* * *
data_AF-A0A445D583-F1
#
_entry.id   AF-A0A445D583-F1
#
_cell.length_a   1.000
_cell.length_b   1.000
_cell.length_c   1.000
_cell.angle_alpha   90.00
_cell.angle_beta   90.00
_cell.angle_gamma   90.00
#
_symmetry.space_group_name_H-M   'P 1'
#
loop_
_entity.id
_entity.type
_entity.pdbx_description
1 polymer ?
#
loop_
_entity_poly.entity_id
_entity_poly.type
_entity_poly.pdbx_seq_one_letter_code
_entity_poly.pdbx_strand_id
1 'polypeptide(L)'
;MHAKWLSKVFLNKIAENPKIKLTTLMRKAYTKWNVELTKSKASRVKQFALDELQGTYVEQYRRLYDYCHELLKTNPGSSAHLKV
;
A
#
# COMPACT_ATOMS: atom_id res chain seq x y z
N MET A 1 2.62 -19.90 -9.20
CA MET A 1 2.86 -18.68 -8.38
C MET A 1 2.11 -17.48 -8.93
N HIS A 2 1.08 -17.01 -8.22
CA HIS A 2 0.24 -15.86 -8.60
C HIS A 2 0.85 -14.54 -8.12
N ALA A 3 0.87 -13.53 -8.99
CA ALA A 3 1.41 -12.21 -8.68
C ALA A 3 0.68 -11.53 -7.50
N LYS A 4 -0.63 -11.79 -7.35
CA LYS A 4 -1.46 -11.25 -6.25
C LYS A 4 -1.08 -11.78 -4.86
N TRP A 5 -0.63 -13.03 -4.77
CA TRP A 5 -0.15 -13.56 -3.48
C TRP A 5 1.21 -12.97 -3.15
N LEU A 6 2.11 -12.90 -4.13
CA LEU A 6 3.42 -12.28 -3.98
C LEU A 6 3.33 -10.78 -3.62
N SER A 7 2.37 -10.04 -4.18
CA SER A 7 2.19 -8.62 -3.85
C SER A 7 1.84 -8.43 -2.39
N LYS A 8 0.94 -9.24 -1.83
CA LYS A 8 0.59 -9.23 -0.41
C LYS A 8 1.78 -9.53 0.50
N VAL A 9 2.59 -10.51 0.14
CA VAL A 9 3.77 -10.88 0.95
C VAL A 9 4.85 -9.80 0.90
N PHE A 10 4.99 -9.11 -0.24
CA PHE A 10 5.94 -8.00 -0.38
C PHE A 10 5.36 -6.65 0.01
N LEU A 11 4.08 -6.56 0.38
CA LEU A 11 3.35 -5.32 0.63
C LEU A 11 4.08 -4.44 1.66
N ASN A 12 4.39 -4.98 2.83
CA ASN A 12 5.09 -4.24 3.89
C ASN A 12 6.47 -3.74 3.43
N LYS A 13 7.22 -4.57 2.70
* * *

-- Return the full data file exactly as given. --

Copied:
data_AF-A0A445D583-F1
#
_entry.id   AF-A0A445D583-F1
#
_cell.length_a   1.000
_cell.length_b   1.000
_cell.length_c   1.000
_cell.angle_alpha   90.00
_cell.angle_beta   90.00
_cell.angle_gamma   90.00
#
_symmetry.space_group_name_H-M   'P 1'
#
loop_
_entity.id
_entity.type
_entity.pdbx_description
1 polymer ?
#
loop_
_entity_poly.entity_id
_entity_poly.type
_entity_poly.pdbx_seq_one_letter_code
_entity_poly.pdbx_strand_id
1 'polypeptide(L)'
;MHAKWLSKVFLNKIAENPKIKLTTLMRKAYTKWNVELTKSKASRVKQFALDELQGTYVEQYRRLYDYCHELLKTNPGSSAHLKV
;
A
#
# COMPACT_ATOMS: atom_id res chain seq x y z
N MET A 1 2.62 -19.90 -9.20
CA MET A 1 2.86 -18.68 -8.38
C MET A 1 2.11 -17.48 -8.93
N HIS A 2 1.08 -17.01 -8.22
CA HIS A 2 0.24 -15.86 -8.60
C HIS A 2 0.85 -14.54 -8.12
N ALA A 3 0.87 -13.53 -8.99
CA ALA A 3 1.41 -12.21 -8.68
C ALA A 3 0.68 -11.53 -7.50
N LYS A 4 -0.63 -11.79 -7.35
CA LYS A 4 -1.46 -11.25 -6.25
C LYS A 4 -1.08 -11.78 -4.86
N TRP A 5 -0.63 -13.03 -4.77
CA TRP A 5 -0.15 -13.56 -3.48
C TRP A 5 1.21 -12.97 -3.15
N LEU A 6 2.11 -12.90 -4.13
CA LEU A 6 3.42 -12.28 -3.98
C LEU A 6 3.33 -10.78 -3.62
N SER A 7 2.37 -10.04 -4.18
CA SER A 7 2.19 -8.62 -3.85
C SER A 7 1.84 -8.43 -2.39
N LYS A 8 0.94 -9.24 -1.83
CA LYS A 8 0.59 -9.23 -0.41
C LYS A 8 1.78 -9.53 0.50
N VAL A 9 2.59 -10.51 0.14
CA VAL A 9 3.77 -10.88 0.95
C VAL A 9 4.85 -9.80 0.90
N PHE A 10 4.99 -9.11 -0.24
CA PHE A 10 5.94 -8.00 -0.38
C PHE A 10 5.36 -6.65 0.01
N LEU A 11 4.08 -6.56 0.38
CA LEU A 11 3.35 -5.32 0.63
C LEU A 11 4.08 -4.44 1.66
N ASN A 12 4.39 -4.98 2.83
CA ASN A 12 5.09 -4.24 3.89
C ASN A 12 6.47 -3.74 3.43
N LYS A 13 7.22 -4.57 2.70